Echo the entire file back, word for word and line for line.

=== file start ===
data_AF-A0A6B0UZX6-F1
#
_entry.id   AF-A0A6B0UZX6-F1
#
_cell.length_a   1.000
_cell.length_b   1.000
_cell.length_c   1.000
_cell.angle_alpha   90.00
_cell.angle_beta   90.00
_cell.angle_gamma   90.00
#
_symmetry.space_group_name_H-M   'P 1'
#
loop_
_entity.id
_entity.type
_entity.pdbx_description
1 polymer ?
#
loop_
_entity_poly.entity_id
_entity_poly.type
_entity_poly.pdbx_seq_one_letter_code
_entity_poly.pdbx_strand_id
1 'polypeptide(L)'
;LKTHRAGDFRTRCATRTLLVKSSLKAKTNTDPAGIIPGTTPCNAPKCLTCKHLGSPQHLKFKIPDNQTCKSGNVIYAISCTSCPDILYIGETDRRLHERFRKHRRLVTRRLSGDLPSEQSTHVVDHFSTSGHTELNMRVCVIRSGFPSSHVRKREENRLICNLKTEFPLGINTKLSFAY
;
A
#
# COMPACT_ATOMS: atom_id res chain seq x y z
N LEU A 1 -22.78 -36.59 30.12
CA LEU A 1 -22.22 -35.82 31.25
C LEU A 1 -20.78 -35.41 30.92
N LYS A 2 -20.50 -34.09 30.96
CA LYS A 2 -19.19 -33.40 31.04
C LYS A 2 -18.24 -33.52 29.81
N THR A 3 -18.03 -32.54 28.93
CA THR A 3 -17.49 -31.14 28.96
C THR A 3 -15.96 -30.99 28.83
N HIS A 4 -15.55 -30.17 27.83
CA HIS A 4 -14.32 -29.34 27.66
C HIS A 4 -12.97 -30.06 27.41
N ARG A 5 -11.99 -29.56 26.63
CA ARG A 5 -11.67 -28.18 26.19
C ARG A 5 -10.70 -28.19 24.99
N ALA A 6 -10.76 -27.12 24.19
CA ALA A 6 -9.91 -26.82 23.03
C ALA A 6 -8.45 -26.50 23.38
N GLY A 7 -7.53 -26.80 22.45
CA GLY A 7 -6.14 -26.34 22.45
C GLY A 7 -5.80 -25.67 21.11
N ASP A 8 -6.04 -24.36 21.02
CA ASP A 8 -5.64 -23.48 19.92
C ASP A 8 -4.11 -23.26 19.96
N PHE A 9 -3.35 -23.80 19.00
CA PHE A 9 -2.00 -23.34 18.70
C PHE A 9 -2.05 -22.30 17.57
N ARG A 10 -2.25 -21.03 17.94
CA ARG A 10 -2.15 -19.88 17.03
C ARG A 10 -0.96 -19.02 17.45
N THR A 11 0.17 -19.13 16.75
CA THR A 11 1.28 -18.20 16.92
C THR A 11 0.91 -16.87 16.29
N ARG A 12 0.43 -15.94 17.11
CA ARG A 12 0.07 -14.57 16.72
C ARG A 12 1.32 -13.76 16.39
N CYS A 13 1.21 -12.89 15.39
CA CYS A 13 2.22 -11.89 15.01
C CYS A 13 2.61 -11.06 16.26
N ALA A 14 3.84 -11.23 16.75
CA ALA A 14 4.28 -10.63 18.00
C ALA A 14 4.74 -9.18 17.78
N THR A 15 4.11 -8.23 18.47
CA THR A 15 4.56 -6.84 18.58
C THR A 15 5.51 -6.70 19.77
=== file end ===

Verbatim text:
data_AF-A0A6B0UZX6-F1
#
_entry.id   AF-A0A6B0UZX6-F1
#
_cell.length_a   1.000
_cell.length_b   1.000
_cell.length_c   1.000
_cell.angle_alpha   90.00
_cell.angle_beta   90.00
_cell.angle_gamma   90.00
#
_symmetry.space_group_name_H-M   'P 1'
#
loop_
_entity.id
_entity.type
_entity.pdbx_description
1 polymer ?
#
loop_
_entity_poly.entity_id
_entity_poly.type
_entity_poly.pdbx_seq_one_letter_code
_entity_poly.pdbx_strand_id
1 'polypeptide(L)'
;LKTHRAGDFRTRCATRTLLVKSSLKAKTNTDPAGIIPGTTPCNAPKCLTCKHLGSPQHLKFKIPDNQTCKSGNVIYAISCTSCPDILYIGETDRRLHERFRKHRRLVTRRLSGDLPSEQSTHVVDHFSTSGHTELNMRVCVIRSGFPSSHVRKREENRLICNLKTEFPLGINTKLSFAY
;
A
#
# COMPACT_ATOMS: atom_id res chain seq x y z
N LEU A 1 -22.78 -36.59 30.12
CA LEU A 1 -22.22 -35.82 31.25
C LEU A 1 -20.78 -35.41 30.92
N LYS A 2 -20.50 -34.09 30.96
CA LYS A 2 -19.19 -33.40 31.04
C LYS A 2 -18.24 -33.52 29.81
N THR A 3 -18.03 -32.54 28.93
CA THR A 3 -17.49 -31.14 28.96
C THR A 3 -15.96 -30.99 28.83
N HIS A 4 -15.55 -30.17 27.83
CA HIS A 4 -14.32 -29.34 27.66
C HIS A 4 -12.97 -30.06 27.41
N ARG A 5 -11.99 -29.56 26.63
CA ARG A 5 -11.67 -28.18 26.19
C ARG A 5 -10.70 -28.19 24.99
N ALA A 6 -10.76 -27.12 24.19
CA ALA A 6 -9.91 -26.82 23.03
C ALA A 6 -8.45 -26.50 23.38
N GLY A 7 -7.53 -26.80 22.45
CA GLY A 7 -6.14 -26.34 22.45
C GLY A 7 -5.80 -25.67 21.11
N ASP A 8 -6.04 -24.36 21.02
CA ASP A 8 -5.64 -23.48 19.92
C ASP A 8 -4.11 -23.26 19.96
N PHE A 9 -3.35 -23.80 19.00
CA PHE A 9 -2.00 -23.34 18.70
C PHE A 9 -2.05 -22.30 17.57
N ARG A 10 -2.25 -21.03 17.94
CA ARG A 10 -2.15 -19.88 17.03
C ARG A 10 -0.96 -19.02 17.45
N THR A 11 0.17 -19.13 16.75
CA THR A 11 1.28 -18.20 16.92
C THR A 11 0.91 -16.87 16.29
N ARG A 12 0.43 -15.94 17.11
CA ARG A 12 0.07 -14.57 16.72
C ARG A 12 1.32 -13.76 16.39
N CYS A 13 1.21 -12.89 15.39
CA CYS A 13 2.22 -11.89 15.01
C CYS A 13 2.61 -11.06 16.26
N ALA A 14 3.84 -11.23 16.75
CA ALA A 14 4.28 -10.63 18.00
C ALA A 14 4.74 -9.18 17.78
N THR A 15 4.11 -8.23 18.47
CA THR A 15 4.56 -6.84 18.58
C THR A 15 5.51 -6.70 19.77